One of the things I’ve been thinking about regarding the upcoming move is security for all the data I have scattered across multiple laptops and removable drives (USB, firewire, etc). Two of the tools I use daily are GPG and Truecrypt. Both are cryptography tools but with different, complimentary uses.
I use Truecrypt to create encrypted volumes or containers, in which I store documents and files. GPG can do the same thing, but Truecrypt allows you to have hidden containers, accessed simply by using a different password. This way if you are compelled to provide the password to encrypted data, you can provide the alternate password. And if you think it’s far-fetched that someone would be compelled to provide their password, read this article on CNET: Judge: Americans can be forced to decrypt their laptops
American citizens can be ordered to decrypt their PGP-scrambled hard drives for police to peruse for incriminating files, a federal judge in Colorado ruled today in what could become a precedent-setting case. Judge Robert Blackburn ordered a Peyton, Colo., woman to decrypt the hard drive of a Toshiba laptop computer no later than February 21--or face the consequences including contempt of court.
In this post, I’m not going to go into any detailed instructions of either tool. Instead I’ll just describe a method I use to protect one type of very sensitive data I have and that is my GPG master keyring.
Step 1: Use a master keyring
On my laptop is a special version of my GPG keyring that does not contain my revocation certificate or the original signing subkey. This disables my ability to sign other keys with my laptop keyring, but that is the only lost functionality. Now if my laptop is lost, I still maintain the master keyring and can revoke the stolen keys, hopefully before they are used. I'll do a write-up later on how to create a master and a laptop version of your keyring.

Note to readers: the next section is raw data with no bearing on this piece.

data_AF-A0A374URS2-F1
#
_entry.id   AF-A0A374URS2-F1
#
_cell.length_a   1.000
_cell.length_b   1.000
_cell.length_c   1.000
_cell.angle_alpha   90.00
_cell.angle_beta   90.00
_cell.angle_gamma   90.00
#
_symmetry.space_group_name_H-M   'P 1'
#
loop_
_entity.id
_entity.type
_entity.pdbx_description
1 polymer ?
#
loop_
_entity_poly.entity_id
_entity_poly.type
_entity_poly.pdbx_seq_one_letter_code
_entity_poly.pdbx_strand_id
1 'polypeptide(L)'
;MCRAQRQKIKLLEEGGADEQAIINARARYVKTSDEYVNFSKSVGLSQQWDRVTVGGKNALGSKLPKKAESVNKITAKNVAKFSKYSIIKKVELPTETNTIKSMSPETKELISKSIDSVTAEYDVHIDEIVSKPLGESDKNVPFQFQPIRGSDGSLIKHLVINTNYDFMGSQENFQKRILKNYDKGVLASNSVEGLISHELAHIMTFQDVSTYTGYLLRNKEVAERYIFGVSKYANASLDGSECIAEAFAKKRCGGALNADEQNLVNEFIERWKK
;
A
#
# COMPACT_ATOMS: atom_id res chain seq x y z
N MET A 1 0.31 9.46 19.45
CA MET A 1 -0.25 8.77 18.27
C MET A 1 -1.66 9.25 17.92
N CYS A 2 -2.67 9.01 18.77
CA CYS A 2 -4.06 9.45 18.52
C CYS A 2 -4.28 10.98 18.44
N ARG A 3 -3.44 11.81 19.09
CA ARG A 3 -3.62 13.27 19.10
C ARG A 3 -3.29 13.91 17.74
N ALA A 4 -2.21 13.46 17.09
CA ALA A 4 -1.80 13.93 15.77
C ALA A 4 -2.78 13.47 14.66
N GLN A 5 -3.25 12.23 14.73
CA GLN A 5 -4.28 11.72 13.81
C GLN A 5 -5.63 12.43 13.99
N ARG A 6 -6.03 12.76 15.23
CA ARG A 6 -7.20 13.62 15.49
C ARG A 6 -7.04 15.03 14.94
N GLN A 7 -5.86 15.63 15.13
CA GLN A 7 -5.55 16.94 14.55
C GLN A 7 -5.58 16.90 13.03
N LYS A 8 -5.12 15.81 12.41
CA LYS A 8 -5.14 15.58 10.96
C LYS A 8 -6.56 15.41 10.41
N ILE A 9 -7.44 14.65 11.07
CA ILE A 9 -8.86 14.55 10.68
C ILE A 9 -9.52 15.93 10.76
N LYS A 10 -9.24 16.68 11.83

Step 2: Use a Truecrypt volume for working documents
Like I said, I have a Truecrypt volume that contains all of my working documents. By putting all of my working documents in an encrypted container, I don't have to worry about what should and shouldn't be encrypted. It's all encrypted. One of the pieces of data in this volume is a scan of my passport (if you don't have a backup scan of your passport, do so now). Using GPG, I made a detached signature of one of the scanned pages of my passport. This detached signature file will be used in the next step.
Step 3: Use a Truecrypt USB stick to store your master keyring
To store my master keyring, I have a dedicated USB stick that has been encrypted with Truecrypt. To access that USB drive, I need both a password and a keyfile. The GPG signature file in step #2 above is that keyfile. So accessing my masterkey file looks like this:
And that’s it. I now have two-factor authentication for my master keyring. Two factor authentication is usually something you know (a password) and something you have (an RSA token, a keyfile, etc).
I keep that USB stick in a safe at home and when we travel to Singapore, I’ll keep it on my person instead of the safe.